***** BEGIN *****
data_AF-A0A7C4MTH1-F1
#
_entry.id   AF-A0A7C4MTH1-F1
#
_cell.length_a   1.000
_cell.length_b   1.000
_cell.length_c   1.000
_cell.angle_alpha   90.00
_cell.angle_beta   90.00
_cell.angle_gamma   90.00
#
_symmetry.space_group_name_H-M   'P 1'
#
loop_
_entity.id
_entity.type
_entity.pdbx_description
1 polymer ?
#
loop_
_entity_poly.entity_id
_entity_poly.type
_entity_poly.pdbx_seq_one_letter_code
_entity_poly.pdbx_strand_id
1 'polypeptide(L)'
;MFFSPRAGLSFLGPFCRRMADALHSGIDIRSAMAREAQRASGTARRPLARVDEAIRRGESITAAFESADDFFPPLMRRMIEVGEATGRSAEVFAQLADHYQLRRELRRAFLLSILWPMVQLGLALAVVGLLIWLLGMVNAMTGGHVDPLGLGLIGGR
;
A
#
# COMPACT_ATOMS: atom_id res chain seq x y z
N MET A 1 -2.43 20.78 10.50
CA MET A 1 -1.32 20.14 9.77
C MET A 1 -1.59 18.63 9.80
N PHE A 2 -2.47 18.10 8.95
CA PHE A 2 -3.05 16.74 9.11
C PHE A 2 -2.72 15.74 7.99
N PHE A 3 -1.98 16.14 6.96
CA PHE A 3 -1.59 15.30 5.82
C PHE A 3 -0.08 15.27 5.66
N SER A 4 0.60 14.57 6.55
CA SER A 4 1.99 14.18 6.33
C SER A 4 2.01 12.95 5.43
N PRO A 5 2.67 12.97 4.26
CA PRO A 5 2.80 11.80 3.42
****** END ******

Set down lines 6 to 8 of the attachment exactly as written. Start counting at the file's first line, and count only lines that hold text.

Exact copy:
_cell.length_b   1.000
_cell.length_c   1.000
_cell.angle_alpha   90.00